In relation to survey of financially excluded people getting money advice (i.e. not the general population, and not explicitly for legal advice), preferred methods of advice delivery are set out on page 120.
Online self-help usage of CAB advice (not just law) was 12.7 queries during 2009/2010. CAB telephone advice line popular (page3).
Report from Japan suggests rapid uptake on telephone based enquiry services for legal infromation (page 2). Data on face-to-face versus internet advice in Korea (page 7) and call centre versus office-basd (page 8).
old survey on use of extranets by corporate clients (page 13).
Company offers community legal advice over the phone.
Consumers state dthat they would most like to communicat with thier legal adviser by (telephone (51%), visits (41%), email (22%), and letters (20%) Page 17
covers claims management companies (page 13)
Discusses proposals to give advice over the phone (page 15).
How clients contacted & communicated with advisers – pages 113 – 115
People with complex problems or people with learning difficulties, language problems or similar difficulties are therefore unlikely to benefit from telephone advice. Likewise, they will be unlikely to benefit from expansion of other new methods of advice delivery, such as those employing personal computer technology. Page 163
More on barriers to advice – pages 161 – 165
Table shows HOW people seek debt advice, cross referenced to distance from nearest advisor (page 31 – 32).
In relation to conveyancing: “Solicitors
Telephone advice for police work can be as high as 80%, according to one study (page 9). But almost half think such advice was “worthless” (page 9).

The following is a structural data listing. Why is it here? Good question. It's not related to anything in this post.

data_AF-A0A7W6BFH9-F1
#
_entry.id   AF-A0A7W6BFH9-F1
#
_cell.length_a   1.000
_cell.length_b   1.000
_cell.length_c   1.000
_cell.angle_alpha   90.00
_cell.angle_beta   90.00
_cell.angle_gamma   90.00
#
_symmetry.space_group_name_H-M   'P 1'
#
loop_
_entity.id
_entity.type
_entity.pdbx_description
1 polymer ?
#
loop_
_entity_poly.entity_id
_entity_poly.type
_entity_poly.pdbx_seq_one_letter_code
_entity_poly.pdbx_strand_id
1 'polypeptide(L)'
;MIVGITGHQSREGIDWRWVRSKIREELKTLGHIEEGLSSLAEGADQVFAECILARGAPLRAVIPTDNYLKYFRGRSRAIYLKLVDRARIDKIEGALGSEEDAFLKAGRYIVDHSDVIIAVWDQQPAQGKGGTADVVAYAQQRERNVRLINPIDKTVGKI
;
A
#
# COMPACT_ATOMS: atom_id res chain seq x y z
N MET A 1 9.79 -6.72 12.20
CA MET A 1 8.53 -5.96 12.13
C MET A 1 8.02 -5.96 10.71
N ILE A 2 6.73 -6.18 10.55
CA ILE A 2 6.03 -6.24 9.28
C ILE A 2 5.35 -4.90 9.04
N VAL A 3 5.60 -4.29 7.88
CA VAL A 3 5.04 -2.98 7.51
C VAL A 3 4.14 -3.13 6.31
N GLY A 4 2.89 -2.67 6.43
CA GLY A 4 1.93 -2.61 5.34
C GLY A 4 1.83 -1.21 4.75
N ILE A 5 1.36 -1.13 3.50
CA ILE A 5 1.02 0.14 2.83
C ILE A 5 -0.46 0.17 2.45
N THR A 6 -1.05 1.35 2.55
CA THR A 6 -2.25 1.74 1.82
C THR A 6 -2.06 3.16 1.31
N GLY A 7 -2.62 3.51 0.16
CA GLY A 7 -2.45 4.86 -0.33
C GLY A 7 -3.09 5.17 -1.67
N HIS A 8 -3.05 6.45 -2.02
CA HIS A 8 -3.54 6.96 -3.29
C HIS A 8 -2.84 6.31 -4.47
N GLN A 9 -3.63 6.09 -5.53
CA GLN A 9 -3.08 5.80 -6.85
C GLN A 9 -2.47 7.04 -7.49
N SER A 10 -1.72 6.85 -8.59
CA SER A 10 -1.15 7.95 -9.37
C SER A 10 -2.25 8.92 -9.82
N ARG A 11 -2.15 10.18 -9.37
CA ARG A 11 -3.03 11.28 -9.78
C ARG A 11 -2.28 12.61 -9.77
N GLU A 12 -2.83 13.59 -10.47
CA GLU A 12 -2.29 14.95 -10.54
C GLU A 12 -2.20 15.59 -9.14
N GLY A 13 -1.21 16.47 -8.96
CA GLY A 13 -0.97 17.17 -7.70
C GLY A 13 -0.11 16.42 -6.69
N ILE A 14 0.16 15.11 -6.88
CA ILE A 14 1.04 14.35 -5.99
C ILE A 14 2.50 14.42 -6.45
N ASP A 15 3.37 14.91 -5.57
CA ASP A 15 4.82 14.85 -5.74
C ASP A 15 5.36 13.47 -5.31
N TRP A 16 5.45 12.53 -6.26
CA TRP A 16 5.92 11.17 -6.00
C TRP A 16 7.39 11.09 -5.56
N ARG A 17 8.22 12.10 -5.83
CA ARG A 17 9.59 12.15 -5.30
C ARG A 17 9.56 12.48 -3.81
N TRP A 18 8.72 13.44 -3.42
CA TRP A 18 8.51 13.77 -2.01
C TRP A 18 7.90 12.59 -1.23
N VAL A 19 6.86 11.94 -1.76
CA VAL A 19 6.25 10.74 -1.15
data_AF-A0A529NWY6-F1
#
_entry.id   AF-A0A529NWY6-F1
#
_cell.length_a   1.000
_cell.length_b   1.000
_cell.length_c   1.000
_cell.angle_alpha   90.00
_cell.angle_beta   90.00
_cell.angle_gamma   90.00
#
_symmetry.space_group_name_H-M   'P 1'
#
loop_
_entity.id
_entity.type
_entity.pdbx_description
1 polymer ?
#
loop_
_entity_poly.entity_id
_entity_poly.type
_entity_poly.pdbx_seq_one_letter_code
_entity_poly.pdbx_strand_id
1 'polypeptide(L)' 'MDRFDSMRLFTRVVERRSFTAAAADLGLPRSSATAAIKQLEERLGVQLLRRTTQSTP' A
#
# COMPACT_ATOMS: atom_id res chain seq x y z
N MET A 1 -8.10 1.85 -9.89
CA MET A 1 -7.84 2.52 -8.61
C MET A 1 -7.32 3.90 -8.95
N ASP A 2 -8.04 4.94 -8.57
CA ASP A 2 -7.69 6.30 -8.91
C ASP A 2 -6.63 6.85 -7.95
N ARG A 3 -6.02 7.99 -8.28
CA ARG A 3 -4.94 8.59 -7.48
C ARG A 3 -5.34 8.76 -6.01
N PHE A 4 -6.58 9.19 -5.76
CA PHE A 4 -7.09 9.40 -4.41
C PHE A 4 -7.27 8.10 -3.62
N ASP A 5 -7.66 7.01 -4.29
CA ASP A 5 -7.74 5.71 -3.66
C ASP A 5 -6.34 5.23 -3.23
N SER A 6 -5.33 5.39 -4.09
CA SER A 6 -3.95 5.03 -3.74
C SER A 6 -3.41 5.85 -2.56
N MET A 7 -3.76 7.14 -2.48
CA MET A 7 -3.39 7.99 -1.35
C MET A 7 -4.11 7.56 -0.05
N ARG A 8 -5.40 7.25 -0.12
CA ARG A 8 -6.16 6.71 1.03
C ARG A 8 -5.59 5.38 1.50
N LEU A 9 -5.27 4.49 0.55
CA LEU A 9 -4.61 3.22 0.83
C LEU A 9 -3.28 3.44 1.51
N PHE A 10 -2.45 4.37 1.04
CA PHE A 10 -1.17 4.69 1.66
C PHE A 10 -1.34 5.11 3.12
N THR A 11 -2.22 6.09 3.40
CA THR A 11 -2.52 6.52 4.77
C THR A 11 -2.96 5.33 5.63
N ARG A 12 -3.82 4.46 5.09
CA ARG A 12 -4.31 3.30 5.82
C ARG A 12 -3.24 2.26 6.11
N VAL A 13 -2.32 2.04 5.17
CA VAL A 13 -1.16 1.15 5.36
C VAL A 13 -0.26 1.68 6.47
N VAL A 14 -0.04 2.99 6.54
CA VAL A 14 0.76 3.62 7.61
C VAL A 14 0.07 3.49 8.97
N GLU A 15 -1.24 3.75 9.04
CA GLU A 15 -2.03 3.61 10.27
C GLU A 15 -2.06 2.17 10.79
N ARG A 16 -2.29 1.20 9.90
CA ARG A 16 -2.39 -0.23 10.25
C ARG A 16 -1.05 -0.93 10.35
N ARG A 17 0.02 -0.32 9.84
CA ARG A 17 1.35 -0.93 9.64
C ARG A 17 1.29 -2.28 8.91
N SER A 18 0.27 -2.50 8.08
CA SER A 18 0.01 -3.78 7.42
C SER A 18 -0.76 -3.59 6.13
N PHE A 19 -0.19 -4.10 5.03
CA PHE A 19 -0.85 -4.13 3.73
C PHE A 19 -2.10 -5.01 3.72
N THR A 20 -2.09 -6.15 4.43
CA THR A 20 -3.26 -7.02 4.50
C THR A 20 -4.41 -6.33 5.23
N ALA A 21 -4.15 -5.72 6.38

Use of advisers – pages 53 -60
Attitudes to the justice system – pages 64-65
Use of advisers – pages 55 -62
Attitudes to the justice system – pages 67-68
Wants a free legal aid telephone service, supported by legal materials – perhaps built on CA’s existing advice service (page 68).
Reports on Lone parents views on telephone and internet advice:
Enthusiasm for phones lines as they were accessible -
used help lines because they either thought it would take too long to obtain a face-to-face appointment, or needed advice in an emergency, out of office hours. Another reason for using help lines was the practical difficulties involved in seeking out face-to-face advice when looking after children. Having care of the children also meant that parents wanted advice to be generally available out of office hours, including
What changes would you like to see to legal
In general, people wanted:
Cheaper services (56%)
Like NHS Direct
More drop-in services in local community
Bar Direct Access:
All of the respondents felt that their role was clearly explained to them at the beginning of the case. All felt that their barrister
Speculates that face-to-face advice may become rarer, as new entrants deliver advice via different models (page 10). Suggests that online delivery may, in fact, be preferred (page 11).
Suggests that defence lawyers could advise their clients by secure video link to save money (page 47).
Summary of how consumers contact the probate registry – phone, in person etc (page 12 – 13). Views on website (page 16).
Summary of preferred method of advice delivery – as opposed to the way in which it is delivered (page 30 onwards.
Survey suggested people wanted face to face contact (page 64 – 67).
-Overwhelmingly prefer face to face advice
-Far less likely to use telephone
-Particularly pronounced pattern for youngest